natesilver: Basically, half the media’s problems in covering the election stemmed from actual liberal bias. And the other half stemmed from overcompensating for perceived liberal bias.

micah: Next: “Deep currents of anger and resentment flowing through our culture.”

clare.malone: Oh gosh.

natesilver: I’m not quite sure what that means — is she referring to racial resentment? The “deplorables”?

But Trump clearly became an effective conduit for people’s anger, so I have to give this one at least a 4.

clare.malone: I think it refers to that, but maybe also partisanship, right?

natesilver: Maybe that’s too low. Maybe it’s obviously a 5.

perry: 3? Those currents exist. I’m having a hard time seeing them as particularly unique or important to 2016, as opposed to being a part of every event in politics, Obama’s presidency, etc. Racial resentment may have gotten Trump the Republican nomination, but I’m not sure about the general election. (But again, I’m thinking this all through.)

micah: Let’s go to the next one!

“The media gave [Trump] free wall-to-wall coverage.”

clare.malone: 5

natesilver: A 5 in the primary, but like a 2 in the general election. Here’s primary coverage from the Shorenstein Center:

perry: 3. If I were Marco Rubio or Jeb Bush, I would say 5.

Right. What Nate said.

clare.malone: Well Nate … howdya think he got to the general?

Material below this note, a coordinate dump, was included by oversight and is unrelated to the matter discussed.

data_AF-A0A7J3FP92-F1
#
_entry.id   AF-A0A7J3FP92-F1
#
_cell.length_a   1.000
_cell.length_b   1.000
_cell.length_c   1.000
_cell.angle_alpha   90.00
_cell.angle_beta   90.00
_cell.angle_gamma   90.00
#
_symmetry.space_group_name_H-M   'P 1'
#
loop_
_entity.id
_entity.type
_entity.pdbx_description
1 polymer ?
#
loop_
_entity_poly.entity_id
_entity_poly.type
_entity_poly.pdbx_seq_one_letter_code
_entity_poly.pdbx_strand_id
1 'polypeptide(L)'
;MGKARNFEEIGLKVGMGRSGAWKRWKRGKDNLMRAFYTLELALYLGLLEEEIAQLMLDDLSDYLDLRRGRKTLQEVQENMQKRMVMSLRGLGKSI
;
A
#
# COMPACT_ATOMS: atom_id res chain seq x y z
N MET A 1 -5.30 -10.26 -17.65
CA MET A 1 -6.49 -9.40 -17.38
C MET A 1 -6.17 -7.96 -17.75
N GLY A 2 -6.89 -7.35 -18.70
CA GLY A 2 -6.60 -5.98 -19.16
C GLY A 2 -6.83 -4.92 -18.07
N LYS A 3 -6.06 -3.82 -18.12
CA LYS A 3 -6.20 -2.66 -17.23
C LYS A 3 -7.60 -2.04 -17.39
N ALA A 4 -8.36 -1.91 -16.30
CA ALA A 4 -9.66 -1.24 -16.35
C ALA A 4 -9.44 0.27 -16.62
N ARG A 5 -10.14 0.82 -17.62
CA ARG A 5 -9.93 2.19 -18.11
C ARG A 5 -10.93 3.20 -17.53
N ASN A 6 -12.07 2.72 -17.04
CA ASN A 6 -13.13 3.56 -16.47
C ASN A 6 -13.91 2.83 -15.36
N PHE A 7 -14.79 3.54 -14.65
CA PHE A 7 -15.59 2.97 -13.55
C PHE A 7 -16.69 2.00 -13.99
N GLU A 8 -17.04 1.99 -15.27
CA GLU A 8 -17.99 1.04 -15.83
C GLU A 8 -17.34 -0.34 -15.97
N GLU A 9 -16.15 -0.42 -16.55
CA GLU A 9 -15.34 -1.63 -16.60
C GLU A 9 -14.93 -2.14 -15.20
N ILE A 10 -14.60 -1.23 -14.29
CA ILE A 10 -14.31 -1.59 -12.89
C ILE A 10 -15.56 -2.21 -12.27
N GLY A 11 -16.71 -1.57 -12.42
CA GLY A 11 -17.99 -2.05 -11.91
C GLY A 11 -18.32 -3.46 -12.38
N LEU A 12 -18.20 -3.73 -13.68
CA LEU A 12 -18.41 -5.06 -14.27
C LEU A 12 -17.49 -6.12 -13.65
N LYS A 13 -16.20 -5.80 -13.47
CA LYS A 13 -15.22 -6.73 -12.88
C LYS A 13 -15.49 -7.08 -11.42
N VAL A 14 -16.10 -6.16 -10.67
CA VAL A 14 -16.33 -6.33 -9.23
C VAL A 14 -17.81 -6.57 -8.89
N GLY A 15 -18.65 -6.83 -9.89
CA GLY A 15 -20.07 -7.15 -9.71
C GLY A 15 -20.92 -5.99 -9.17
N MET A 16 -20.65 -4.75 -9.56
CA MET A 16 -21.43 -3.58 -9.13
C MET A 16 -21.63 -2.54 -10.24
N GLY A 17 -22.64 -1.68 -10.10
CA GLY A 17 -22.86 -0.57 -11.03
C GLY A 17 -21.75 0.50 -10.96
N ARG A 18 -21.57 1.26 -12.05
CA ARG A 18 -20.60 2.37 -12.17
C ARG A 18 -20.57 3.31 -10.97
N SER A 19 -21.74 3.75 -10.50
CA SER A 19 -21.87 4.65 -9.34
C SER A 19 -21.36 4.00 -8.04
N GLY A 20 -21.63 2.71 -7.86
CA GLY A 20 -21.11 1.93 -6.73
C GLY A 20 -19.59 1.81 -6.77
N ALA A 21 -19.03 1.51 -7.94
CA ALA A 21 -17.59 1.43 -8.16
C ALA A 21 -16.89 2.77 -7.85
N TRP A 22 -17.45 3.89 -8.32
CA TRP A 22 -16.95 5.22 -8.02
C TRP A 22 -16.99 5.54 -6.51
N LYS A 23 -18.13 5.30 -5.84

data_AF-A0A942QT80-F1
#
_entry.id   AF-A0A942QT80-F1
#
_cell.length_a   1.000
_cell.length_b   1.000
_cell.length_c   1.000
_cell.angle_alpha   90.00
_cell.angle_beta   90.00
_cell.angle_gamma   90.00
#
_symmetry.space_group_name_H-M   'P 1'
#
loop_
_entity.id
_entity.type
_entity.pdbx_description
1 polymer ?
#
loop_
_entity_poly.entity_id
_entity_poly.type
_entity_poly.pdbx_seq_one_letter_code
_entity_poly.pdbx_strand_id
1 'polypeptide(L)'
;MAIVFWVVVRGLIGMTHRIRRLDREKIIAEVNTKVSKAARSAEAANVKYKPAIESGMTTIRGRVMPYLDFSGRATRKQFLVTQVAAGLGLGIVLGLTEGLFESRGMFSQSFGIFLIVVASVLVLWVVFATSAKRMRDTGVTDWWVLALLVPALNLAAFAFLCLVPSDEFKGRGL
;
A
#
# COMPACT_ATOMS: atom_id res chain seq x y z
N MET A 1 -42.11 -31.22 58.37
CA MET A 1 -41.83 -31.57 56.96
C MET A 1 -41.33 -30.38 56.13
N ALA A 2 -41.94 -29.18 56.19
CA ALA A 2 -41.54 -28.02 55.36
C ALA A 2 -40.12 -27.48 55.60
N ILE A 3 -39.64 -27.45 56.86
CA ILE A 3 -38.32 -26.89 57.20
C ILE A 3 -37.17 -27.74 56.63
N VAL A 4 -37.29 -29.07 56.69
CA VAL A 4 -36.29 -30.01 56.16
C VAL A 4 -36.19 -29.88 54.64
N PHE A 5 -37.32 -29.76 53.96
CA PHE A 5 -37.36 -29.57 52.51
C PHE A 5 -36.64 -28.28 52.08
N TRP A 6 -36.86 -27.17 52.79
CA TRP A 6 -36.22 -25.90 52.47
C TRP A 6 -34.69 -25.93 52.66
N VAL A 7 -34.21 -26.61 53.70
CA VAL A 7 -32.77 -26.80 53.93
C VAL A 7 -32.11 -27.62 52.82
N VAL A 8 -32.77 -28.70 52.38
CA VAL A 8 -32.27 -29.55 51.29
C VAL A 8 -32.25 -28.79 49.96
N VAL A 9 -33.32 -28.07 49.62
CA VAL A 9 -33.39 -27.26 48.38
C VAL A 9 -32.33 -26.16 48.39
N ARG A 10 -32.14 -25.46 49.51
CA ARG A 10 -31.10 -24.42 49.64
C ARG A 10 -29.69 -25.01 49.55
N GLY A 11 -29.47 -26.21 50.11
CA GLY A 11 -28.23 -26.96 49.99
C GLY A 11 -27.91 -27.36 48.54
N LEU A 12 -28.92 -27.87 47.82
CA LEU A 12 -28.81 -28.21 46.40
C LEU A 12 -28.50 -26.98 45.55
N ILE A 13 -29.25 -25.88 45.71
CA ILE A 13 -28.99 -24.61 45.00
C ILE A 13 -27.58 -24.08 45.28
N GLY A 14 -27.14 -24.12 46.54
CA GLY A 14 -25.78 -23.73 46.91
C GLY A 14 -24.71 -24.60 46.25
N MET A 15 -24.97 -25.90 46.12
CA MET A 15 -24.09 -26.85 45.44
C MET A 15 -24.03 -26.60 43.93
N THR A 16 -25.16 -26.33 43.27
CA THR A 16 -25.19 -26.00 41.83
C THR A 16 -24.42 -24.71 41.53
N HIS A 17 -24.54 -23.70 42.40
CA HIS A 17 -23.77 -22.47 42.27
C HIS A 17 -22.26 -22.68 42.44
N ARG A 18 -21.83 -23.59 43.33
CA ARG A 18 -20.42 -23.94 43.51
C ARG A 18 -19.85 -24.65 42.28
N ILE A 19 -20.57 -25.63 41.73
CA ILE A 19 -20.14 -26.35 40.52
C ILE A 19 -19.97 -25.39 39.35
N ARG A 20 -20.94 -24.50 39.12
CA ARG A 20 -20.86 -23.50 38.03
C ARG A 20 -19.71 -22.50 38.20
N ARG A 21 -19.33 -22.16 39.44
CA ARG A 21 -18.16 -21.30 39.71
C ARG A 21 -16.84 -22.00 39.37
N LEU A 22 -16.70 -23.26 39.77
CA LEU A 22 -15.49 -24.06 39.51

natesilver: That’s why I said a 5 in the primary!

micah: Trump also got far more news coverage than Clinton in the general, according to another Shorenstein study:

Though a lot of Trump’s coverage, just like Clinton’s, was negative:

clare.malone: The fact that Trump was Trump is more precisely what I’m talking about —

i.e., free coverage, but also a free pass when he says things about women, doesn’t release his taxes.

natesilver: I’m not sure the media’s constant focus on Trump was necessarily a bad thing for Clinton from day to day, although it did make it hard for her to drive a message. Slightly paradoxically, however, the fact that the media spent so much time focusing on Trump made it hard for anyone to focus on any one aspect of Trump’s behavior.

As you can see from the Gallup charts I posted earlier, people had lots of different feelings about Trump and heard lots of different negative stories about him. But none of them as persistently as Clinton and trust and emails.

micah: Next: “Fox News was turning politics into an evidence-free zone of seething resentments.”

(I don’t know what to make of this one.)

natesilver: Yeesh. I guess like a 2.5? I think Fox News is pretty darn important to the history of American politics since 2000 or thereabouts. I’m not convinced they were particularly important in this general election, since they had a somewhat weird relationship with Trump.